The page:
OK, so I’ve been going a little hot and heavy on the political stuff lately, so, in honor of Obama’s 101st day in office, I’d like to lighten it up here and talk about music, which we’ve gotten away from recently.
My bandmates and I have been discussing the latest indie fad, the resurgence of lo-fi bands, groups like Wavves, Vivian Girls, Times New Viking and others, that have found success by burying their hooks (0r in some cases bad songwriting) in a scuzzy layer of fuzz.Here’s “an interview” with Matt Whitehurst from Psychedelic Horseshit on The Post’s music blog, in which he goes off on the New Wavve(s) and tosses [expletives] aplenty in the process.Whitehurst is practically incoherent, but he throws down on the lo-fi crew. (On a sidenote, I frankly find the fact that The Post doesn’t have the balls to just print the interview with the nasty swear words included distracting, distasteful and stupid).
Then there’s this Pitchfork review of the Japandroids record, in which you start to see some cracks in the facade of the lo-fi fad, which Pitchfork had a heavy hand in building.
Due to their two-man setup and no-frills recording, Japandroids risk being lumped into the increasingly tiresome no-fi/noise-pop scene that finds bands using distortion to tear through the fabric of the medium and, in some cases, drown out weak songs.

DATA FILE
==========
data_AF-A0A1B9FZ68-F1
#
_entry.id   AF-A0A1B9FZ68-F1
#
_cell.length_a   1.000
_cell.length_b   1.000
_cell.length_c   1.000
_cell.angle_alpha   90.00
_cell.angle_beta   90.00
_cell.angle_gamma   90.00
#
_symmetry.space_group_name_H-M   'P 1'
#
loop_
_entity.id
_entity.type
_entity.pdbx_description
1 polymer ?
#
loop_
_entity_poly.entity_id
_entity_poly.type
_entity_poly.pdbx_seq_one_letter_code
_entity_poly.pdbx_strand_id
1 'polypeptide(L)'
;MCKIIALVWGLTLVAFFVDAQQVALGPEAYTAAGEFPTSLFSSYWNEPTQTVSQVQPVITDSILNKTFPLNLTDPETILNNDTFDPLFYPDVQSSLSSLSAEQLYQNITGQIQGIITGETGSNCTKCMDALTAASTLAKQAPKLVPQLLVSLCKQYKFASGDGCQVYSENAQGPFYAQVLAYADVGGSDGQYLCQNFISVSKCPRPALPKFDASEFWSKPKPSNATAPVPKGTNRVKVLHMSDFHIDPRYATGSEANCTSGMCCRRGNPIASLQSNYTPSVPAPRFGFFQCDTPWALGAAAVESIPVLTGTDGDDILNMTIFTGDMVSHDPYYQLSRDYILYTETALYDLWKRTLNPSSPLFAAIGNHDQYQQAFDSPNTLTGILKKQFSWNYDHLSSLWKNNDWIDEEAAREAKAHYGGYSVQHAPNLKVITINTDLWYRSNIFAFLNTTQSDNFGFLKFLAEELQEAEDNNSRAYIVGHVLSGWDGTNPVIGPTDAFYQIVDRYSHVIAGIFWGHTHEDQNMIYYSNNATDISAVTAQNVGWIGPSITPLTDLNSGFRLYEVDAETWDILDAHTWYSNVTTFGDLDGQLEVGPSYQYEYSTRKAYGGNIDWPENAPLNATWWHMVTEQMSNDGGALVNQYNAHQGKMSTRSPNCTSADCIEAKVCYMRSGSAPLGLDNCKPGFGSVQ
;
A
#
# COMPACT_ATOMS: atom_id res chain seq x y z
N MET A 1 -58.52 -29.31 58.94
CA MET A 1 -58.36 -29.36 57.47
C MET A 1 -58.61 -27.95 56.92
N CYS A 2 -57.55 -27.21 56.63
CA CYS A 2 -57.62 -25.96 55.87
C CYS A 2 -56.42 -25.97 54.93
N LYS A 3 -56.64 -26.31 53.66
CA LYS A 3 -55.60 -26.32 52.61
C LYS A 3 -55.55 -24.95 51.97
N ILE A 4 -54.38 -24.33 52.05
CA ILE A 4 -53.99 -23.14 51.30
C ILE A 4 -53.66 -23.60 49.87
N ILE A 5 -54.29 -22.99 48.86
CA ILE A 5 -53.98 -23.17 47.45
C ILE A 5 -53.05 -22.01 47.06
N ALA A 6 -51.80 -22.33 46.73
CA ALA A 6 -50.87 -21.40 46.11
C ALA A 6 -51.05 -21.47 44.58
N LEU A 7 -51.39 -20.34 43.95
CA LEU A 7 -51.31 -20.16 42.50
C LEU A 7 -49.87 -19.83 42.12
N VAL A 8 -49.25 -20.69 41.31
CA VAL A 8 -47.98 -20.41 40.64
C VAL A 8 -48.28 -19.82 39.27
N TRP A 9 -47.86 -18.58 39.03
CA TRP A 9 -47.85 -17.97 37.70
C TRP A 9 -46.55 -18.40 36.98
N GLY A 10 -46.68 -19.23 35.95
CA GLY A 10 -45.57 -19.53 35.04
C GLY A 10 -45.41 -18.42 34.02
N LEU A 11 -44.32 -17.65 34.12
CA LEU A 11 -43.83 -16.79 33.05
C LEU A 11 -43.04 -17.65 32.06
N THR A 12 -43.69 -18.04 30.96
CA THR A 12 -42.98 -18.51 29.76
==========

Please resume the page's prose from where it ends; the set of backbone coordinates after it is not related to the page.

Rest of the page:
I’m ambivalent about Wavves, and I think No Age and Times New Viking are actually kind of badass. But I hate the fucking Vivian Girls — they’re talentless hacks, who built a following based on their charming faux-punk bullshit. Pitchfork bought the bridge and now VG are as ubiquitous as T.G.I Friday’s, or Applebee’s, or whatever.
So the lesson here is: A group of bands that record trashy, fuzzed-out does has caught on to make a half-baked movement, ginned up by the military-industrial highly-influential Pitchfork, a publication that clearly relishes its role as the tastemaker for its generation.
I’m as big of a fan as Sebadoh and Guided By Voices as the next alcoholic-in-training schlzub, but these new bands are offering much weaker sauce. Lou Barlow and Bob Pollard weren’t hiding behind fuzz, they wrote songs that shone through limited recording technologies, and succeeded in spite of those limitations. Anyway, this is obviously a long-winded treatise, but let’s get at this. Are these bands onto something? Or are they just hiding?
And lastly, this Bob Mould-No Age interview is pretty dope for anyone who has an interest in rock and roll and recording.
I’d like to credit my friends Alex and Ben for starting this discussion.